This holiday season, many Canadians will be traveling to spend time with their families or to escape the cold weather. While many will be taking some time to wind down for the holidays, hackers will not. Those traveling with corporate devices need to be wary of potential cyber attacks that could put data at risk. The holidays can be hectic, and it can be easy to forget about security. Dealing with a cyber attack is not ideal but encountering one in another country or while you should be relaxing can be frustrating. Here are 5 cybersecurity tips for your holiday travel, that you should be aware of before you leave.

5 Cybersecurity Tips for Your Holiday Travel

Source: AAA

5 Ways to Protect Your Data While Traveling This Holiday Season

1. Charge with your own cables: You’re out enjoying your vacation when you realize that your phone battery is low. Ahead you see a public charging station. Should you use it? Maybe not. While plugging in your USB cable to a wall outlet is safe, using a cable that doesn’t belong to you can be dangerous. Hackers can rig the cables in a charging station to spy on your device while it’s connected to the charging station. If you need to use a public charging station, turn off your phone or simply not use your phone while it’s connected. The best way to always be safe is to use your own cables and bring a battery pack with you.

2. Avoid ATMs: If you’re strapped for cash and thinking of using an ATM, be wary of credit card skimming. Credit card skimming is when hackers use small devices to steal credit card information or clone cards. These devices can be hard to spot, and hackers can install these skimmers very quickly.  In fact, most ATMs can be hacked in under 20 minutes. Inspect ATMs before you use them. If you see loose parts or if one part of the ATM looks suspicious, don’t use it. If you need an ATM, consider using one located inside a building as opposed to one out in public.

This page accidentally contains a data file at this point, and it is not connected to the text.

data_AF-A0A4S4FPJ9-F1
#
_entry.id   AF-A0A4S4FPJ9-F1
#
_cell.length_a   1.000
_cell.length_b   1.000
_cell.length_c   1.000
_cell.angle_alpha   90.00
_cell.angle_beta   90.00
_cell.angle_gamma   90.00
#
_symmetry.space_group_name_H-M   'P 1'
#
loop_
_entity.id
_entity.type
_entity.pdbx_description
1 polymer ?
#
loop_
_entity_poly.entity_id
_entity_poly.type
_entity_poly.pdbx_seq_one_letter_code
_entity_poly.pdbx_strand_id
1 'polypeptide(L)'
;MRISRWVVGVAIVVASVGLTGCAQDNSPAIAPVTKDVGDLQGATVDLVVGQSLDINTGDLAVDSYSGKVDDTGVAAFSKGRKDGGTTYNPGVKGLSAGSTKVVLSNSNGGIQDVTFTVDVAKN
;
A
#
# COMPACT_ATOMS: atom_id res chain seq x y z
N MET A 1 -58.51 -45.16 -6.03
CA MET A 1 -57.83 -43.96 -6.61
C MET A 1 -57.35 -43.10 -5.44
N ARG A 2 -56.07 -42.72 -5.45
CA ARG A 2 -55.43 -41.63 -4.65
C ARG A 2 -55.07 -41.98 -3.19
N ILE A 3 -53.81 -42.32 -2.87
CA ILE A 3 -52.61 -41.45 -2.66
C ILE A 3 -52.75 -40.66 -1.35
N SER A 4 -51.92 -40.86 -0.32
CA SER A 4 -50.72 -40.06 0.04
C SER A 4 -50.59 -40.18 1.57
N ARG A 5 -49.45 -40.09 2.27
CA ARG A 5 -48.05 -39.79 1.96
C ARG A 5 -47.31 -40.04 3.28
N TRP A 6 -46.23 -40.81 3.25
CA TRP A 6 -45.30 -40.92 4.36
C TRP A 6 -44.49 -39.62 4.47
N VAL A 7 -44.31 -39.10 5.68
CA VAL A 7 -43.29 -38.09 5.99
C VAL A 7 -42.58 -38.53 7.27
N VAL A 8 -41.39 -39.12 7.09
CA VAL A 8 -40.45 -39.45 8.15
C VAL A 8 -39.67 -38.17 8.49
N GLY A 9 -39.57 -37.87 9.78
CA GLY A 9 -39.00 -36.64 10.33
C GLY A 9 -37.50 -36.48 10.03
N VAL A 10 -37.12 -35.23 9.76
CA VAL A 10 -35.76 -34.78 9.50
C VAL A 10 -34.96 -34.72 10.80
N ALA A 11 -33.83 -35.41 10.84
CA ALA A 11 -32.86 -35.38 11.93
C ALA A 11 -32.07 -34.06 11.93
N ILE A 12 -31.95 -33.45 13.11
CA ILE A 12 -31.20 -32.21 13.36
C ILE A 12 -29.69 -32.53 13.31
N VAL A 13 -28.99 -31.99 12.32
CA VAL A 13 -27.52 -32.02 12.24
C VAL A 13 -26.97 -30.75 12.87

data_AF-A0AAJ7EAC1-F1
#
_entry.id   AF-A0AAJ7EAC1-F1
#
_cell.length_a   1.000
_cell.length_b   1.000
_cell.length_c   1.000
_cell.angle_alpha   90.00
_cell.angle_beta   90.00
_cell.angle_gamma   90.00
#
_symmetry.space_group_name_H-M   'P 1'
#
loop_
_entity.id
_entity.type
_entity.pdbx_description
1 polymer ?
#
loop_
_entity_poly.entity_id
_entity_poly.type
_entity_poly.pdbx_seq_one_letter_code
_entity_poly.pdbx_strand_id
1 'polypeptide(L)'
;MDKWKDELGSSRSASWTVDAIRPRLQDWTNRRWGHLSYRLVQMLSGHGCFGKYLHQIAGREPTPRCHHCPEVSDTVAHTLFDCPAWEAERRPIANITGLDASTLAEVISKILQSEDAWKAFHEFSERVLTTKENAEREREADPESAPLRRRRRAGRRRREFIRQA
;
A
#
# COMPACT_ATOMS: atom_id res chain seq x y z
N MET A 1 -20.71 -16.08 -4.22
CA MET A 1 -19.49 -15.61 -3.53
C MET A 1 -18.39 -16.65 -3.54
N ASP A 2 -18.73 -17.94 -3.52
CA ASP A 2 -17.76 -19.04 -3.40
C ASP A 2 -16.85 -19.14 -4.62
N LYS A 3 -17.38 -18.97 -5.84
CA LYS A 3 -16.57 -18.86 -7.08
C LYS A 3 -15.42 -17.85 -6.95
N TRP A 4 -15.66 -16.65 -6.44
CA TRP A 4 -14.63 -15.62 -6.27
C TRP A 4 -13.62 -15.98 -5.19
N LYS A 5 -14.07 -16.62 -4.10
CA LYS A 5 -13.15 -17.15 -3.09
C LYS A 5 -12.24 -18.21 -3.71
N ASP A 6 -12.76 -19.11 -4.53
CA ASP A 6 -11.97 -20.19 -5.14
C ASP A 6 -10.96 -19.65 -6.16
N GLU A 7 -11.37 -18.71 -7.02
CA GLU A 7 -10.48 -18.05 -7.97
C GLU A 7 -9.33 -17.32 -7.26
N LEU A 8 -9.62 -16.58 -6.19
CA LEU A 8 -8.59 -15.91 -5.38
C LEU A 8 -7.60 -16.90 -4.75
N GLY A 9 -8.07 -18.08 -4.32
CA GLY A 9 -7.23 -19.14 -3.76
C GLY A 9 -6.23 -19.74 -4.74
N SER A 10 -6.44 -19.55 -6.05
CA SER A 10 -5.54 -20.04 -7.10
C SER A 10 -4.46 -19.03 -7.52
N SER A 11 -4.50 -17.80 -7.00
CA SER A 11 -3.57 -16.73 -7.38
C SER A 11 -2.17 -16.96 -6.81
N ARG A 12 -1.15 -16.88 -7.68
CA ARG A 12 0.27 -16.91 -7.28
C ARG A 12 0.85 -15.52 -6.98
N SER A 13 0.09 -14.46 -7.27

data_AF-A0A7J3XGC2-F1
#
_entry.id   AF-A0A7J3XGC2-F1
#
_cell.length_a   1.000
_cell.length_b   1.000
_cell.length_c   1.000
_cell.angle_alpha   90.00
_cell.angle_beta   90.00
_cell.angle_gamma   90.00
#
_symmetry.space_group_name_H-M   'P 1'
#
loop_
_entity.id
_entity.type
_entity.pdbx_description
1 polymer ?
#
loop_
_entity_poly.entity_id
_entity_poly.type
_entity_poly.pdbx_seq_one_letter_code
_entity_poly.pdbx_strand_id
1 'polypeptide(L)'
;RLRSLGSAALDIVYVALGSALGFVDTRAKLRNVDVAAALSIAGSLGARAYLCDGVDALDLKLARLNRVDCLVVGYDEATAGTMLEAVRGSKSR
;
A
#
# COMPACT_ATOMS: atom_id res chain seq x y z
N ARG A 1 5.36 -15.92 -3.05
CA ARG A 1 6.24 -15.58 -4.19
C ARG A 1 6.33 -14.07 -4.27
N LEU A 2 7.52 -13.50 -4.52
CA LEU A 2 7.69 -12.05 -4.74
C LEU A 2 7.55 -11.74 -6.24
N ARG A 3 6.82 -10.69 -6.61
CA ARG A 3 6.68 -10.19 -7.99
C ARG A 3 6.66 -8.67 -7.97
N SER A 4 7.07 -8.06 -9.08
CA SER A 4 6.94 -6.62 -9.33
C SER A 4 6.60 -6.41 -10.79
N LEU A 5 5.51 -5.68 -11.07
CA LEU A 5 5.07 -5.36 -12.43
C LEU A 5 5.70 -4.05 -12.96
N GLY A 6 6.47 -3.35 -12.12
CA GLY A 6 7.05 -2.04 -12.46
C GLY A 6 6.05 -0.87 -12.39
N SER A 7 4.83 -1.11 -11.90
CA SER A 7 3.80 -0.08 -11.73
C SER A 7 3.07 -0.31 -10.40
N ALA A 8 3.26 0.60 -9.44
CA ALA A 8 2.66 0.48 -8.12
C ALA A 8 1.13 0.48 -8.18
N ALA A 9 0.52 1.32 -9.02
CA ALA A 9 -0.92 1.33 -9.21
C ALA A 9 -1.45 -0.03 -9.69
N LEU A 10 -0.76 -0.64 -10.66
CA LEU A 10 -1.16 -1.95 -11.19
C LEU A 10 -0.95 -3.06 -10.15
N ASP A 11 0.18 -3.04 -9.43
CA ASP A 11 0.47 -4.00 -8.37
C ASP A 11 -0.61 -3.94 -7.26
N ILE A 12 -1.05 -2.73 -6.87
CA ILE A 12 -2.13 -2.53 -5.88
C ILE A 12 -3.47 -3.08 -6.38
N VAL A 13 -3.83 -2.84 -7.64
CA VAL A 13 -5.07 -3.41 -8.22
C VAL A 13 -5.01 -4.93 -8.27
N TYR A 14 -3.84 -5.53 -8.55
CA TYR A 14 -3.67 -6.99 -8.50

3. Be wary of your surroundings: It’s easy to be distracted while you’re in the midst of a crowded airport or train station but this is when hackers will target you. Shoulder surfing is when people try to obtain sensitive information by looking over a person’s shoulder. This can be an effective way for bad actors to get access to your information especially when you’re in a crowd. To prevent shoulder surfing, avoid opening your personal accounts in public. Find a spot near a wall or use a screen filter to block prying eyes.

4. Recognize vishing attacks: Vishing is a form of social engineering that takes places over the phone. Hackers will call potential victims and try to convince them to give up personal and financial details. They often disguise their voice and phone numbers to hide their identity. With many people gearing up to go abroad, be aware of vishing scams posing as airlines or giving away vacation deals. Do not share your financial information over the phone unless you are speaking to a legitimate authority.

5. Turn off your network connections: Disable the automatic connection of your devices to public WiFi networks and turn off your Bluetooth. Public WiFi networks are unsecure and those around popular tourist spots are more likely to be targeted by hackers. Hackers can also access your information through your Bluetooth connection as well. Be wary of using public WiFi to do online transactions or logging into personal accounts. Make sure your devices are protected with Next Generation Firewalls or a VPN. Try to use wired headphones instead of Bluetooth ones, and avoid turning your Bluetooth on in large crowds.